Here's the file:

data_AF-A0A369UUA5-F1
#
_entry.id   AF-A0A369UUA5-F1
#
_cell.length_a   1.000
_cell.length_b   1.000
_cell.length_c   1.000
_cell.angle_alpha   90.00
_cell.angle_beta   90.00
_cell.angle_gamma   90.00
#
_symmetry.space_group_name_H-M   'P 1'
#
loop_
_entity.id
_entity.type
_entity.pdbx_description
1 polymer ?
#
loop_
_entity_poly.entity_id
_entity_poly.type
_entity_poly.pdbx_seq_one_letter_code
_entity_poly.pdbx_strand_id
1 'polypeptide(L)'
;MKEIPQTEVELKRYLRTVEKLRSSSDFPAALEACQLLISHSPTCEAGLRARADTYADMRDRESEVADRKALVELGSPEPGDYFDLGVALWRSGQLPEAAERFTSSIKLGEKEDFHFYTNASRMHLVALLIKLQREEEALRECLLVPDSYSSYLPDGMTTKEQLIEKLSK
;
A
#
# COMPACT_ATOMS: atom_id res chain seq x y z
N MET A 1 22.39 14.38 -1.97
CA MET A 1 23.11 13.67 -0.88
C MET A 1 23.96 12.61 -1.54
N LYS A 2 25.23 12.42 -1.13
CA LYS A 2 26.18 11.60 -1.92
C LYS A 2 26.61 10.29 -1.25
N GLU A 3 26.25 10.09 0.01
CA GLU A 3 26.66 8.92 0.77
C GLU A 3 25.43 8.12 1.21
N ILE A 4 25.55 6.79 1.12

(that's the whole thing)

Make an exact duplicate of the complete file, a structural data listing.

data_AF-A0A369UUA5-F1
#
_entry.id   AF-A0A369UUA5-F1
#
_cell.length_a   1.000
_cell.length_b   1.000
_cell.length_c   1.000
_cell.angle_alpha   90.00
_cell.angle_beta   90.00
_cell.angle_gamma   90.00
#
_symmetry.space_group_name_H-M   'P 1'
#
loop_
_entity.id
_entity.type
_entity.pdbx_description
1 polymer ?
#
loop_
_entity_poly.entity_id
_entity_poly.type
_entity_poly.pdbx_seq_one_letter_code
_entity_poly.pdbx_strand_id
1 'polypeptide(L)'
;MKEIPQTEVELKRYLRTVEKLRSSSDFPAALEACQLLISHSPTCEAGLRARADTYADMRDRESEVADRKALVELGSPEPGDYFDLGVALWRSGQLPEAAERFTSSIKLGEKEDFHFYTNASRMHLVALLIKLQREEEALRECLLVPDSYSSYLPDGMTTKEQLIEKLSK
;
A
#
# COMPACT_ATOMS: atom_id res chain seq x y z
N MET A 1 22.39 14.38 -1.97
CA MET A 1 23.11 13.67 -0.88
C MET A 1 23.96 12.61 -1.54
N LYS A 2 25.23 12.42 -1.13
CA LYS A 2 26.18 11.60 -1.92
C LYS A 2 26.61 10.29 -1.25
N GLU A 3 26.25 10.09 0.01
CA GLU A 3 26.66 8.92 0.77
C GLU A 3 25.43 8.12 1.21
N ILE A 4 25.55 6.79 1.12